Unlike in recent years, Utah’s state government is not projected to end the fiscal year with a surplus. Instead, revenues are expected to be about $950,000 less than projected. That may be little more than a rounding error in a $29.5 billion operating and capital budget, but it’s far less than last year’s projected $3 billion surplus.

Consequently, Gov. Spencer Cox has no big tax cut built into his yearly budget proposal, which he unveiled this week. 

Last year, he proposed lowering the state’s flat-rate income tax from 4.85% to 4.75%. State lawmakers did him one better, passing a final package that lowered it to 4.65%

But this year, Cox’s proposed budget is devoid of any substantive tax relief. Lawmakers have placed a constitutional amendment on the November ballot to remove the education earmark from the income tax and, as a sweetener, have coupled that with a measure to remove the state’s sales tax from groceries, which would amount to a $200 million or so tax cut. Otherwise, revenues have become precious as interest rate hikes slow economic activity.

But without the distraction of tax cuts, the hard work of governance can take center stage. That is, so long as the economy doesn’t take a serious turn for the worse.

Cox calls his latest budget “Utah Home,” and he hopes that has a literal meaning. Home ownership, specifically for first-time buyers, and his plan for state-funded incentives, is what the governor termed “the big one,” as he discussed his budget with the Deseret News.

It’s a worthy focus, even if its resolution rests primarily with city and county governments. That’s where planning and zoning takes place. It’s also where issues such as high-density housing and minimum lot sizes can decide political careers. 

Cox has a goal of incentivizing the construction of 35,000 new starter homes in Utah by 2028. He sees this as a market void — something neither local governments nor developers find attractive to build. 

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He would endeavor to fill this void through a combination of financial assistance to homebuyers, and the introduction of a state-financed bank that would provide low-interest loans to developers for bringing infrastructure — sewer, water and electricity, primarily — to the state’s approximately 190,000 empty lots, many of which have no access to such things.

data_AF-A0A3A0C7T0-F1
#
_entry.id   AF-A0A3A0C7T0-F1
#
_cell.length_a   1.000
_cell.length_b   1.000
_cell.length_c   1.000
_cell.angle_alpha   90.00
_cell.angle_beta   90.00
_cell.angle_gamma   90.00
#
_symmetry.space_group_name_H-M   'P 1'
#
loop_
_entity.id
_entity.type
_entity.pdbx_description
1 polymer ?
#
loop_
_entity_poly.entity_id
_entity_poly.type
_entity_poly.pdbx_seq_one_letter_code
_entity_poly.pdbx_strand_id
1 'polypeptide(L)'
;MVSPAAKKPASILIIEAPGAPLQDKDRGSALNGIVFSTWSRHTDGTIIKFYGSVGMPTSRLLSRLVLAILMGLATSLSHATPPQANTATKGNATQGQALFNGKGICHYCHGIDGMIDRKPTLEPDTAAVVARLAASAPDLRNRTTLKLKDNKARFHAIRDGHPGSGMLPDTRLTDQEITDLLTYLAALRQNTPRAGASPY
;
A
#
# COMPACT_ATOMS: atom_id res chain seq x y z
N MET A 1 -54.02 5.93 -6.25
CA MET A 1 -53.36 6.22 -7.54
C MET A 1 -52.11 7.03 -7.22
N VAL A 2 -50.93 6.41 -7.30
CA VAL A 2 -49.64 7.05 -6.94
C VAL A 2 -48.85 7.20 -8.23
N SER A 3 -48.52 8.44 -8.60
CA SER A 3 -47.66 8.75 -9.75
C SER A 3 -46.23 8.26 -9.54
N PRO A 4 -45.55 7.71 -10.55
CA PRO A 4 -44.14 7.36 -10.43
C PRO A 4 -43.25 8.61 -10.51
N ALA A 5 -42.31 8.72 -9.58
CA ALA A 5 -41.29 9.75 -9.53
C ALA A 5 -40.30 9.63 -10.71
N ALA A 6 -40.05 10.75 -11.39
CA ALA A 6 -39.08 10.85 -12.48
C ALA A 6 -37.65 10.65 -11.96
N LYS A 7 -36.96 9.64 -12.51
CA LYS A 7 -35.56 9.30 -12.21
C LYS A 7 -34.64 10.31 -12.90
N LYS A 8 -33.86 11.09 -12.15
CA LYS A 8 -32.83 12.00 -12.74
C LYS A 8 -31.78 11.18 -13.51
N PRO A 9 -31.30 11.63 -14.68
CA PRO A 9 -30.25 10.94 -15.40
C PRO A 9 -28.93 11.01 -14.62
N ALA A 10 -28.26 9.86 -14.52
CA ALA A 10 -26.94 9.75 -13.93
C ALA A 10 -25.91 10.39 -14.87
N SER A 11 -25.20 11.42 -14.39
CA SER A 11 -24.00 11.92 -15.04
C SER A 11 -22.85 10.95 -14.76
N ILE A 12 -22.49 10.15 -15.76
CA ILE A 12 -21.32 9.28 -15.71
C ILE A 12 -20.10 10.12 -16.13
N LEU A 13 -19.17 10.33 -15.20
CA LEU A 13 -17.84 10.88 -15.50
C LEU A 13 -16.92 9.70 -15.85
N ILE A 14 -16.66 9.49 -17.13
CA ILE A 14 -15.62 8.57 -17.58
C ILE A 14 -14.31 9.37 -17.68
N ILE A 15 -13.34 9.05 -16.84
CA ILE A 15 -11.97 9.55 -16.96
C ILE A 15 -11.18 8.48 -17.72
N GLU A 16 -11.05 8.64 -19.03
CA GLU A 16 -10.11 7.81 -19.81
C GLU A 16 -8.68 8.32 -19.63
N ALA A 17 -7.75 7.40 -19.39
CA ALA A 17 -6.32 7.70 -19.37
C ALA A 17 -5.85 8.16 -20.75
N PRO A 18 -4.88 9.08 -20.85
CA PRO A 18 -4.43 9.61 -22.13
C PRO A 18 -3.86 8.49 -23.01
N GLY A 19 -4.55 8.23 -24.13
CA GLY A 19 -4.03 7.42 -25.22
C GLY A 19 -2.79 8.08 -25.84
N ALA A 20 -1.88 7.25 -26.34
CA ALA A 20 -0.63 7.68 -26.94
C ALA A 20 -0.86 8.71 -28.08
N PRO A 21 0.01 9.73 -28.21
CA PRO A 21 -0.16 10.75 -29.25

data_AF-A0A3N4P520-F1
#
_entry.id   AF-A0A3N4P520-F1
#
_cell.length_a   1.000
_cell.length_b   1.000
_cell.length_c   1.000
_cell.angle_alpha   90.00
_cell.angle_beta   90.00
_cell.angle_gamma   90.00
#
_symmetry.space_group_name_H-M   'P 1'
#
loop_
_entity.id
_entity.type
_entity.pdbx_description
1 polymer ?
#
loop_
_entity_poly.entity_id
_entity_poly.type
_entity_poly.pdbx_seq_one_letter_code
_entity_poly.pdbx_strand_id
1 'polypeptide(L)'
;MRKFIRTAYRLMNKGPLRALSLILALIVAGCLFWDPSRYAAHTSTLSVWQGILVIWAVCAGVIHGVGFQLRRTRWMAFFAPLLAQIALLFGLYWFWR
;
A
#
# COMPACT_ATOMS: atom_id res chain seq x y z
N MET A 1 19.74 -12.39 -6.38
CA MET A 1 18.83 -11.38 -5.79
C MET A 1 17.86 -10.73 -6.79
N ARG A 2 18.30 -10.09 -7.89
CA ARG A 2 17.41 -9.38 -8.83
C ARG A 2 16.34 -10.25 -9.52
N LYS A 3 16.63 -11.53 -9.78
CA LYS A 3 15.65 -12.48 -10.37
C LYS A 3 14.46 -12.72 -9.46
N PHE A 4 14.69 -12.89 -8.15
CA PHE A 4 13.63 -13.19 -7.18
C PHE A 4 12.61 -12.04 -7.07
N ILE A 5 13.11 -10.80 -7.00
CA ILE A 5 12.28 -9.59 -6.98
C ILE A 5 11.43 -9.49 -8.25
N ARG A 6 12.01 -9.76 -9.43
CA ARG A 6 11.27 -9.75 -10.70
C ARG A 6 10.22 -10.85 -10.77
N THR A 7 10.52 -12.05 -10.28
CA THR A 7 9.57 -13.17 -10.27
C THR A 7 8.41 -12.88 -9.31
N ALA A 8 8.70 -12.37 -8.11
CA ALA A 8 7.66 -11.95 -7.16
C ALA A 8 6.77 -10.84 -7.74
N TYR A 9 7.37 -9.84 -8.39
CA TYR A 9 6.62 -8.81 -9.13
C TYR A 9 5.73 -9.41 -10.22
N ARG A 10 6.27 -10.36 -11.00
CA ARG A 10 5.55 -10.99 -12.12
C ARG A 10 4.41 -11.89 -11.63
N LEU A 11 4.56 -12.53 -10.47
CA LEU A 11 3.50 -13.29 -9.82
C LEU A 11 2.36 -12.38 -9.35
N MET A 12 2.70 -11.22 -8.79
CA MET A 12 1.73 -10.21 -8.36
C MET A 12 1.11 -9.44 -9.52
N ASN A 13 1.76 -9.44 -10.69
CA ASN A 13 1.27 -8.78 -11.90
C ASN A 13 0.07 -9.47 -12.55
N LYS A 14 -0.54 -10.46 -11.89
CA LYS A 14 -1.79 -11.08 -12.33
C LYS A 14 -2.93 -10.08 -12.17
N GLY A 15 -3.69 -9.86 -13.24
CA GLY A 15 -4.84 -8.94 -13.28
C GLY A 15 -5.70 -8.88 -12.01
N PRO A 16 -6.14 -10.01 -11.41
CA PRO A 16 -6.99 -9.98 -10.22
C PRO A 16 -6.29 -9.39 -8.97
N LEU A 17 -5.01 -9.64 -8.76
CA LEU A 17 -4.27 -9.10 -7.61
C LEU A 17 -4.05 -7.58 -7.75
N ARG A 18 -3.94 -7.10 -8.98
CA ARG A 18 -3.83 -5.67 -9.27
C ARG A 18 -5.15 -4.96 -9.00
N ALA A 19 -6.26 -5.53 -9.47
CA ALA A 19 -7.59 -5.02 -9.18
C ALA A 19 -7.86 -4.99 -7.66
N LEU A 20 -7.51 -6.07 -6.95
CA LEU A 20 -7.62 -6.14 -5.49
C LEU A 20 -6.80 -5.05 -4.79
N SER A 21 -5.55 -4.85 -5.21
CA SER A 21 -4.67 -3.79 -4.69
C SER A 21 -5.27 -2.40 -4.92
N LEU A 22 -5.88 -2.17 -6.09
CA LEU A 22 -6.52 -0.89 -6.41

“Sweat equity” programs, giving credit to homeowners who can build parts of their houses themselves, also would be boosted, as would a community land trust fund and money for innovative starter home ideas. Cox has appointed former state Rep. Steve Waldrip to coordinate it all.

The governor makes good arguments for why homeownership is important. He calls unaffordable housing the greatest threat to prosperity over the next 20-30 years. Owning a home is key to wealth creation and civic involvement, he said. It can even help solve a projected decline in the state’s school-age population. 

“So many young people don’t want to have kids until they can own a home,” he said, following up with a thoughtful question. “What does it mean if we have an entire generation of Utahns who never owned a home? What does that mean 50 years from now?”

His concerns are echoed by many experts. Writing for Forbes.com, Lawrence Yun said the positive effects of homeownership go far beyond mere economics. “Research on the subject has found that, other things being equal, children of homeowners do better in school (higher test scores and lower antisocial behaviors),” he wrote. “Lower crime and lower drug usage were among the findings for the children of homeowners.”

But homeownership isn’t the only housing issue vexing the state today. Cox also wants to focus on helping the homeless, leading a statewide effort to fill what he calls gaps in services. In addition to incentivizing more behavioral health workers, and adding shelter space and intermediate housing, he would establish a parallel court system focused on providing mental health and addiction recovery services for the unhoused. 

This, too, is a worthy idea, so long as it doesn’t deprive society of the justice due to those who are guilty of serious crimes. But this initiative, too, would require significant support from other government leaders. 

We were particularly disappointed that no elected official from Utah County — a place consistently reluctant to provide homeless services — attended the governor’s press conference to announce this effort earlier in the week.

But that was, perhaps, an unintended symbol of the challenges ahead. Cooperation, persuasion, old-fashioned cajoling and even political pressure will be needed to bring about much of the governor’s budget agenda. 

Cox said he already has had many meetings with the League of Cities and Towns, local governments and developers regarding starter homes. He has met with state lawmakers to hammer out goals and reconcile philosophies.

This is the type of hard work that leads to positive outcomes. 

Like the rest of us, Utah’s political leaders can’t always predict economic conditions. Last year’s surpluses have evaporated into a more-or-less flat revenue picture. State coffers are prepared for a worse scenario with healthy budget balances and rainy day funds. No one knows if those will be needed.

But there is no shortcut for the hard work of hammering out solutions to the state’s biggest problems. In Washington, politicians often prefer to posture rather than to engage in such things. States don’t have that luxury, which is a good thing.